Skinnygirl has now branched out into stand-alone spirits (like vodka) and wine (red, white and rosé). All are based on the company’s core mission, providing adults with beverages they would normally drink - but with lower caloric contents. The wines will be 100 calories per 5 ounce pour, about 25 fewer than normal wines contain.

The purchasing public has most definitely sat up and taken notice. The sangria, introduced towards the end of last summer, sold 61,000 cases through end of December; and the white cranberry cosmo, on the market since just before the holidays, sold 50,000 cases in just two months.

Dogfish Head Brewery has gone where no brewery has gone before. Oh yeah, they are out there. Way out there.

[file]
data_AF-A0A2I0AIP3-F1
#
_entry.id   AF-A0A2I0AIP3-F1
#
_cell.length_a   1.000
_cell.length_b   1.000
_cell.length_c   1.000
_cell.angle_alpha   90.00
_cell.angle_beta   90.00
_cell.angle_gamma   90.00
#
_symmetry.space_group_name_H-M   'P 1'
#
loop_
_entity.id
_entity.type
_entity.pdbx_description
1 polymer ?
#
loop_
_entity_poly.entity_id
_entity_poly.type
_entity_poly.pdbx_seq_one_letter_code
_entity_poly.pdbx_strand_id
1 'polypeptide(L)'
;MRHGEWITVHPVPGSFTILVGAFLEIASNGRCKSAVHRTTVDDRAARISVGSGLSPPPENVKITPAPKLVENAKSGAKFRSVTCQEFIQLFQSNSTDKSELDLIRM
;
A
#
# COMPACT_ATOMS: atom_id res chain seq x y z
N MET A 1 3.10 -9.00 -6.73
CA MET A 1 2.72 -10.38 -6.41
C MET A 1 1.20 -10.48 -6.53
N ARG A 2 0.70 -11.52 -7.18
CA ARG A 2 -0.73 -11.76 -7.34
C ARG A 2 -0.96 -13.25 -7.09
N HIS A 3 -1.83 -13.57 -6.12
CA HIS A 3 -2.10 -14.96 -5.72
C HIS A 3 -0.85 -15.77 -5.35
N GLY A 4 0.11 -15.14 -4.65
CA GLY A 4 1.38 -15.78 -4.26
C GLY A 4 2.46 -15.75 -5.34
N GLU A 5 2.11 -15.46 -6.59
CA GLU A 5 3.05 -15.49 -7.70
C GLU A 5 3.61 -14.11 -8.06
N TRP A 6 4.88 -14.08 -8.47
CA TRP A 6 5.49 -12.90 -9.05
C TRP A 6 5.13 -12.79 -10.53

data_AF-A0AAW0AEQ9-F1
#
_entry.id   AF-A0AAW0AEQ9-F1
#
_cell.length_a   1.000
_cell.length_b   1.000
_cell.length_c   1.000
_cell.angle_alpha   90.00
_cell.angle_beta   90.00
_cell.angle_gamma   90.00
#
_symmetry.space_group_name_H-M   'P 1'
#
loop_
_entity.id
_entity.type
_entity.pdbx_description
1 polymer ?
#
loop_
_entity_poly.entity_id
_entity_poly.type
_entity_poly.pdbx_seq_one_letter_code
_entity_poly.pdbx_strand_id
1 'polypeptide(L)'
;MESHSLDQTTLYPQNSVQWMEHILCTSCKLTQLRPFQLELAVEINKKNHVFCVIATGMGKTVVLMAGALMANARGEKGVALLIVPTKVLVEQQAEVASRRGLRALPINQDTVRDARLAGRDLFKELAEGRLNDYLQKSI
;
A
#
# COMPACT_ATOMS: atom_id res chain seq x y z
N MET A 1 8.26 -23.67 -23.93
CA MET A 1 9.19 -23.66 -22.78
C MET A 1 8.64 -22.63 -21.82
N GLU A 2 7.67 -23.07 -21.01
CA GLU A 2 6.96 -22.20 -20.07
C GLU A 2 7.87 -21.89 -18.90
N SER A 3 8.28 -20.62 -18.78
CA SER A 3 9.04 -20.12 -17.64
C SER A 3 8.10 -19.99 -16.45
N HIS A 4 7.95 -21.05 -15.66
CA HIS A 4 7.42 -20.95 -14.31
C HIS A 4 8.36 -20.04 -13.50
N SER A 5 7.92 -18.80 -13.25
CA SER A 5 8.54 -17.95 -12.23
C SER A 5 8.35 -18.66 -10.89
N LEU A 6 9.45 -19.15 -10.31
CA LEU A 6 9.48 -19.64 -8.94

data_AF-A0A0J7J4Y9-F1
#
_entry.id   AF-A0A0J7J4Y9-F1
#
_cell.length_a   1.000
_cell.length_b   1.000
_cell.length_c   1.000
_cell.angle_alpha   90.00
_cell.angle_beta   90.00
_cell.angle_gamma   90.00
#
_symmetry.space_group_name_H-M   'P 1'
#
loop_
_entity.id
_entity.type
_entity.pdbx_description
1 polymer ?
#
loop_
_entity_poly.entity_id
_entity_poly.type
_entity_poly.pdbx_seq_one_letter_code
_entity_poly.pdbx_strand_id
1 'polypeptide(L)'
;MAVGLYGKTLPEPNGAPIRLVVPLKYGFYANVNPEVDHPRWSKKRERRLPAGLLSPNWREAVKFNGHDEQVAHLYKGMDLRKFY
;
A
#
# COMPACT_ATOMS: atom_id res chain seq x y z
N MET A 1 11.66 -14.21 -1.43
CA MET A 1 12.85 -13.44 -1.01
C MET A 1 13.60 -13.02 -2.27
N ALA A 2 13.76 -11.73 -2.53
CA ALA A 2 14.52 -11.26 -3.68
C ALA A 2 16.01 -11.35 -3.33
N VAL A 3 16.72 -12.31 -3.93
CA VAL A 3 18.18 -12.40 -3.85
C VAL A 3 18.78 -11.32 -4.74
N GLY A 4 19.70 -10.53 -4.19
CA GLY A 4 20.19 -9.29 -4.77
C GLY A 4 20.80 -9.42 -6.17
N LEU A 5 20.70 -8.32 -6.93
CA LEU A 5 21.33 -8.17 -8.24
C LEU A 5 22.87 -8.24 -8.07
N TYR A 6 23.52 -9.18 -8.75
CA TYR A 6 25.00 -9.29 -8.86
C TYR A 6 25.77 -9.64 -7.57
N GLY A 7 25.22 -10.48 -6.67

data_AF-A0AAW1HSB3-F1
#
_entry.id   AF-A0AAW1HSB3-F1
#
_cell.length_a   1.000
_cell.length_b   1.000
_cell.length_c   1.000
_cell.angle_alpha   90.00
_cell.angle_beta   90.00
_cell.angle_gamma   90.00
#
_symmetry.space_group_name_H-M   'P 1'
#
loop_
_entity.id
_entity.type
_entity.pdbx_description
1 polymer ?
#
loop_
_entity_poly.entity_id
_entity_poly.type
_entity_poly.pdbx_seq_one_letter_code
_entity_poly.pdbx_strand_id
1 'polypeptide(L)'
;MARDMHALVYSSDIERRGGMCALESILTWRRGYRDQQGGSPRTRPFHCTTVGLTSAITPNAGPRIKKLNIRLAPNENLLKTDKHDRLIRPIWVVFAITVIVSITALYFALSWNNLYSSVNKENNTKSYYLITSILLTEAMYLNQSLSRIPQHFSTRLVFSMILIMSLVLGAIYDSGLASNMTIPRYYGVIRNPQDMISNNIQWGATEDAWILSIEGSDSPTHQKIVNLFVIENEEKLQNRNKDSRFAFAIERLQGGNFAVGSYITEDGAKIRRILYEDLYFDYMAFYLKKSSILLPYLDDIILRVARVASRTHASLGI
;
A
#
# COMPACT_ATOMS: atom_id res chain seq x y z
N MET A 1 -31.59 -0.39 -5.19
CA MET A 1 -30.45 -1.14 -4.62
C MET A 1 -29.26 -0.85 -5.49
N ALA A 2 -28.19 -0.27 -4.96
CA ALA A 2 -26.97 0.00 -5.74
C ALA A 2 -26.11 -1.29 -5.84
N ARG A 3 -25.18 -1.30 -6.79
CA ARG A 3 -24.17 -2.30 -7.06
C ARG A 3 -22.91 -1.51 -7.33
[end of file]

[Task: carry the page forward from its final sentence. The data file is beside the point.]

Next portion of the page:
The Delaware operation has blended wine and beer. But not just any wine. They are working with grapes affected by the Noble Rot. This condition, properly known as botrytis, is usually associated with Sauternes and Tokaji dessert wines. It occurs when the grapes are allowed to hang on the vine for a very long time, well after the time of a normal harvest. Under certain atmospheric circumstances, a fungus attacks the individual grapes, piercing the skins and allowing a lot of the water to escape the berry. What is left on the vine is a cluster of grapes laden with sweet liquid.

The pinot gris and viognier grapes used in the beer are from Alexandria Nicole Cellars in Washington State. Talk about finding other uses for your main product line, these guys have hit it here.